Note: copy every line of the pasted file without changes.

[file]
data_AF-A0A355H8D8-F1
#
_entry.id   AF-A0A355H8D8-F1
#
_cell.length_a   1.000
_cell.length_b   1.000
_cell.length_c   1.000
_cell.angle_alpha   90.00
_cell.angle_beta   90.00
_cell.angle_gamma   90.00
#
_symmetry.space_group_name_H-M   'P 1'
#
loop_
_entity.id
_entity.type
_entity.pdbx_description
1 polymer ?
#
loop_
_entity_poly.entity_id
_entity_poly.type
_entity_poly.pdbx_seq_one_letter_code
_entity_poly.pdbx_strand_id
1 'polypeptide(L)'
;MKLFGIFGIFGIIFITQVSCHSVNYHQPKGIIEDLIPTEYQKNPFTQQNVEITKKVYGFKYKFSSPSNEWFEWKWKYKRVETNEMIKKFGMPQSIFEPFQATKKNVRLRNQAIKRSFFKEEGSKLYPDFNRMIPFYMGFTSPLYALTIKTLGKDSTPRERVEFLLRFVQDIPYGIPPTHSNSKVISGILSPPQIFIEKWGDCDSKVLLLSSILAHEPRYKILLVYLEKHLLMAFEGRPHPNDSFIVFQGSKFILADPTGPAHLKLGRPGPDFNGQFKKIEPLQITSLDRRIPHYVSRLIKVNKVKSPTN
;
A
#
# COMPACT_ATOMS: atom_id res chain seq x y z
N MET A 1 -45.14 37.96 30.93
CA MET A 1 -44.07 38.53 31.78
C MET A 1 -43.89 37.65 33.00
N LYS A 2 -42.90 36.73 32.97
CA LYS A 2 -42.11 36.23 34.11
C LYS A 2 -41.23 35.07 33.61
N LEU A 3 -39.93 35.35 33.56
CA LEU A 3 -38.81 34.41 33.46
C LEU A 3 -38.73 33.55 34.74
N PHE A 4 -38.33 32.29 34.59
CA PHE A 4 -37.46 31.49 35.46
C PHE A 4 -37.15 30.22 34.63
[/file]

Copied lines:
data_AF-A0A355H8D8-F1
#
_entry.id   AF-A0A355H8D8-F1
#
_cell.length_a   1.000
_cell.length_b   1.000
_cell.length_c   1.000
_cell.angle_alpha   90.00
_cell.angle_beta   90.00
_cell.angle_gamma   90.00
#
_symmetry.space_group_name_H-M   'P 1'
#
loop_
_entity.id
_entity.type
_entity.pdbx_description
1 polymer ?
#
loop_
_entity_poly.entity_id
_entity_poly.type
_entity_poly.pdbx_seq_one_letter_code
_entity_poly.pdbx_strand_id
1 'polypeptide(L)'
;MKLFGIFGIFGIIFITQVSCHSVNYHQPKGIIEDLIPTEYQKNPFTQQNVEITKKVYGFKYKFSSPSNEWFEWKWKYKRVETNEMIKKFGMPQSIFEPFQATKKNVRLRNQAIKRSFFKEEGSKLYPDFNRMIPFYMGFTSPLYALTIKTLGKDSTPRERVEFLLRFVQDIPYGIPPTHSNSKVISGILSPPQIFIEKWGDCDSKVLLLSSILAHEPRYKILLVYLEKHLLMAFEGRPHPNDSFIVFQGSKFILADPTGPAHLKLGRPGPDFNGQFKKIEPLQITSLDRRIPHYVSRLIKVNKVKSPTN
;
A
#
# COMPACT_ATOMS: atom_id res chain seq x y z
N MET A 1 -45.14 37.96 30.93
CA MET A 1 -44.07 38.53 31.78
C MET A 1 -43.89 37.65 33.00
N LYS A 2 -42.90 36.73 32.97
CA LYS A 2 -42.11 36.23 34.11
C LYS A 2 -41.23 35.07 33.61
N LEU A 3 -39.93 35.35 33.56
CA LEU A 3 -38.81 34.41 33.46
C LEU A 3 -38.73 33.55 34.74
N PHE A 4 -38.33 32.29 34.59
CA PHE A 4 -37.46 31.49 35.46
C PHE A 4 -37.15 30.22 34.63